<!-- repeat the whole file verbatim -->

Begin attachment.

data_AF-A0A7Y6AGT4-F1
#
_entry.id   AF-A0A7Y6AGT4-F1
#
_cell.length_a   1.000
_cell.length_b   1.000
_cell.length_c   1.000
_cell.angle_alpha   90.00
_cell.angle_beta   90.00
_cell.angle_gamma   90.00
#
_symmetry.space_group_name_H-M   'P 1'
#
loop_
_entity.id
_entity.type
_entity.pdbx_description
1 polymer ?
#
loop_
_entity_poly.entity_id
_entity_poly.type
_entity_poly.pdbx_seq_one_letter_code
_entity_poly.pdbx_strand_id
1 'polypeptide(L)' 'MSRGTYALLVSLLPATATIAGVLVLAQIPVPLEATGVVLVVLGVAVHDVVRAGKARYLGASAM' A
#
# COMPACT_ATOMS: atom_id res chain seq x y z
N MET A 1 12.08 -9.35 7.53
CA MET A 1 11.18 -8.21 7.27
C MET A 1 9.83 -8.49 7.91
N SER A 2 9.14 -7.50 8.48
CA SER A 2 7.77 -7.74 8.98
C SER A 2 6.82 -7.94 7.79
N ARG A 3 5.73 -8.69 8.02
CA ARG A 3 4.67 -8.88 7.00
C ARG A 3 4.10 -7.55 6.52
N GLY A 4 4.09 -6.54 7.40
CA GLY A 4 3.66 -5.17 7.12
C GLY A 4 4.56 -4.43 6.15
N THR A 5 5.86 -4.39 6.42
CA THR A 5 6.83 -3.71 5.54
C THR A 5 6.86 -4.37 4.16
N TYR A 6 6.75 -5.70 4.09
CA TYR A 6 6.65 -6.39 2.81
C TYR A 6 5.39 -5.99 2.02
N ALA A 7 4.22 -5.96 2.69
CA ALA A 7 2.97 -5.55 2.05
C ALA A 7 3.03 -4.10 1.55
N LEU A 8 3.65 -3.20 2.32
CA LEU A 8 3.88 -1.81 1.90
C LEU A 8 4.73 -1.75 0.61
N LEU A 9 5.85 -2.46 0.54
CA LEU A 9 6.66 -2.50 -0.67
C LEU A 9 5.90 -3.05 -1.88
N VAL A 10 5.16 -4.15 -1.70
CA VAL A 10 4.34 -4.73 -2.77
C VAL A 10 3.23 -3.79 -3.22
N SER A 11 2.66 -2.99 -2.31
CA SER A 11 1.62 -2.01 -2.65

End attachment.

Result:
data_AF-A0A7Y6AGT4-F1
#
_entry.id   AF-A0A7Y6AGT4-F1
#
_cell.length_a   1.000
_cell.length_b   1.000
_cell.length_c   1.000
_cell.angle_alpha   90.00
_cell.angle_beta   90.00
_cell.angle_gamma   90.00
#
_symmetry.space_group_name_H-M   'P 1'
#
loop_
_entity.id
_entity.type
_entity.pdbx_description
1 polymer ?
#
loop_
_entity_poly.entity_id
_entity_poly.type
_entity_poly.pdbx_seq_one_letter_code
_entity_poly.pdbx_strand_id
1 'polypeptide(L)' 'MSRGTYALLVSLLPATATIAGVLVLAQIPVPLEATGVVLVVLGVAVHDVVRAGKARYLGASAM' A
#
# COMPACT_ATOMS: atom_id res chain seq x y z
N MET A 1 12.08 -9.35 7.53
CA MET A 1 11.18 -8.21 7.27
C MET A 1 9.83 -8.49 7.91
N SER A 2 9.14 -7.50 8.48
CA SER A 2 7.77 -7.74 8.98
C SER A 2 6.82 -7.94 7.79
N ARG A 3 5.73 -8.69 8.02
CA ARG A 3 4.67 -8.88 7.00
C ARG A 3 4.10 -7.55 6.52
N GLY A 4 4.09 -6.54 7.40
CA GLY A 4 3.66 -5.17 7.12
C GLY A 4 4.56 -4.43 6.15
N THR A 5 5.86 -4.39 6.42
CA THR A 5 6.83 -3.71 5.54
C THR A 5 6.86 -4.37 4.16
N TYR A 6 6.75 -5.70 4.09
CA TYR A 6 6.65 -6.39 2.81
C TYR A 6 5.39 -5.99 2.02
N ALA A 7 4.22 -5.96 2.69
CA ALA A 7 2.97 -5.55 2.05
C ALA A 7 3.03 -4.10 1.55
N LEU A 8 3.65 -3.20 2.32
CA LEU A 8 3.88 -1.81 1.90
C LEU A 8 4.73 -1.75 0.61
N LEU A 9 5.85 -2.46 0.54
CA LEU A 9 6.66 -2.50 -0.67
C LEU A 9 5.90 -3.05 -1.88
N VAL A 10 5.16 -4.15 -1.70
CA VAL A 10 4.34 -4.73 -2.77
C VAL A 10 3.23 -3.79 -3.22
N SER A 11 2.66 -2.99 -2.31
CA SER A 11 1.62 -2.01 -2.65